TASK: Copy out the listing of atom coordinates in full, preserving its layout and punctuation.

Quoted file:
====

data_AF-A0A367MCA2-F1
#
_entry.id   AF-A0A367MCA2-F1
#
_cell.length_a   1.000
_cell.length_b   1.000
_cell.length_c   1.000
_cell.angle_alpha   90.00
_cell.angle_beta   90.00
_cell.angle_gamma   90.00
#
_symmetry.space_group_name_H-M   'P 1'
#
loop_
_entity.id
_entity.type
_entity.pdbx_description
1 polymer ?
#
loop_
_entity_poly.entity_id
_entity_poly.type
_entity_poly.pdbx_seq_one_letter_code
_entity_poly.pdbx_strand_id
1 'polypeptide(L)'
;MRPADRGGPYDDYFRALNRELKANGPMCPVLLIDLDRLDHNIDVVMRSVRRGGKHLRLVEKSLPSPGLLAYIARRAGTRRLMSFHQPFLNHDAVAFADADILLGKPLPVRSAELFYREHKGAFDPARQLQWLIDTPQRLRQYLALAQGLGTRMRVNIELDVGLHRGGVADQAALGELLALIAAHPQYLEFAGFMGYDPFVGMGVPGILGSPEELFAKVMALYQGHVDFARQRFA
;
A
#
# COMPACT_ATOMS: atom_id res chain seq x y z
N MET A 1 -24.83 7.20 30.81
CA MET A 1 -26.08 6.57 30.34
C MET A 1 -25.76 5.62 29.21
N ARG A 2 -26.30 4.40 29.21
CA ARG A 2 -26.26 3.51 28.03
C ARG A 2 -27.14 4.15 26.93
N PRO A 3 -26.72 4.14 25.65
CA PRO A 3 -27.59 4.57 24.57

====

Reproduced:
data_AF-A0A367MCA2-F1
#
_entry.id   AF-A0A367MCA2-F1
#
_cell.length_a   1.000
_cell.length_b   1.000
_cell.length_c   1.000
_cell.angle_alpha   90.00
_cell.angle_beta   90.00
_cell.angle_gamma   90.00
#
_symmetry.space_group_name_H-M   'P 1'
#
loop_
_entity.id
_entity.type
_entity.pdbx_description
1 polymer ?
#
loop_
_entity_poly.entity_id
_entity_poly.type
_entity_poly.pdbx_seq_one_letter_code
_entity_poly.pdbx_strand_id
1 'polypeptide(L)'
;MRPADRGGPYDDYFRALNRELKANGPMCPVLLIDLDRLDHNIDVVMRSVRRGGKHLRLVEKSLPSPGLLAYIARRAGTRRLMSFHQPFLNHDAVAFADADILLGKPLPVRSAELFYREHKGAFDPARQLQWLIDTPQRLRQYLALAQGLGTRMRVNIELDVGLHRGGVADQAALGELLALIAAHPQYLEFAGFMGYDPFVGMGVPGILGSPEELFAKVMALYQGHVDFARQRFA
;
A
#
# COMPACT_ATOMS: atom_id res chain seq x y z
N MET A 1 -24.83 7.20 30.81
CA MET A 1 -26.08 6.57 30.34
C MET A 1 -25.76 5.62 29.21
N ARG A 2 -26.30 4.40 29.21
CA ARG A 2 -26.26 3.51 28.03
C ARG A 2 -27.14 4.15 26.93
N PRO A 3 -26.72 4.14 25.65
CA PRO A 3 -27.59 4.57 24.57